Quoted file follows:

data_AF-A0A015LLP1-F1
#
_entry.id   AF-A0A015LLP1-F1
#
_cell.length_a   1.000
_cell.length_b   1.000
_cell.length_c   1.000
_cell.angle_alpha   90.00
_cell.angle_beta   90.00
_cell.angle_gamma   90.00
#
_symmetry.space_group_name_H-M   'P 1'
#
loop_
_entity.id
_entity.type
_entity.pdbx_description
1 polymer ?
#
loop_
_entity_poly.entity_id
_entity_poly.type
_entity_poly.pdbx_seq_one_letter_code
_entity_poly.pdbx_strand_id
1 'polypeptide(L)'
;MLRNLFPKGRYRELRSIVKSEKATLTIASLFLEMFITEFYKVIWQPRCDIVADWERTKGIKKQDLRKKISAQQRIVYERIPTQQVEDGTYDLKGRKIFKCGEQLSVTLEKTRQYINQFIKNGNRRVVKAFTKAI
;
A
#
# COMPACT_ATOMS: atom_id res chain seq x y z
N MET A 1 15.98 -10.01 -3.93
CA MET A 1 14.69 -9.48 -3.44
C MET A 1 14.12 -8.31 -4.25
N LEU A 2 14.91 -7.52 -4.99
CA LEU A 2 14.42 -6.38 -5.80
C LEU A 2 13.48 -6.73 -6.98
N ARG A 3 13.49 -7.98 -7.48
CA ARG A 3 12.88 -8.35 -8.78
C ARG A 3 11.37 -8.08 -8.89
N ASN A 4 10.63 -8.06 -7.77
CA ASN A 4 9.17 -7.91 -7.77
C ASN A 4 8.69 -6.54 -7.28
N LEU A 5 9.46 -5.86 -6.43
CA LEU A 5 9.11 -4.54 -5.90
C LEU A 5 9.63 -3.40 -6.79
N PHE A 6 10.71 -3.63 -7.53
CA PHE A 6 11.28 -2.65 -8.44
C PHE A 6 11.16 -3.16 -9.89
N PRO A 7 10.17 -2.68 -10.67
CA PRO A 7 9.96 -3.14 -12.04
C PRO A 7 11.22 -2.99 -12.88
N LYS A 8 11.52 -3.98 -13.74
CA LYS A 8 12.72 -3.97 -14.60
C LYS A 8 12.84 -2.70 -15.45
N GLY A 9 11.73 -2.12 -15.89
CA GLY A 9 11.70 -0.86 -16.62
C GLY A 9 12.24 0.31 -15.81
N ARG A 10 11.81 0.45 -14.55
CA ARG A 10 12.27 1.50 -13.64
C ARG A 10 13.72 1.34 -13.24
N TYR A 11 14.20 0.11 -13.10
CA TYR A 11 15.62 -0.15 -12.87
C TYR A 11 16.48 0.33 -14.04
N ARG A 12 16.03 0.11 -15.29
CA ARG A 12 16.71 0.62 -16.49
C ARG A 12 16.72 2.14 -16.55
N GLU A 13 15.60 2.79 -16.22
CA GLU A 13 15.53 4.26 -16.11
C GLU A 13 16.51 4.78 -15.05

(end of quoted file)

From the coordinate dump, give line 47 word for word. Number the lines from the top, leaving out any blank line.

CA PHE A 6 11.28 -2.65 -8.44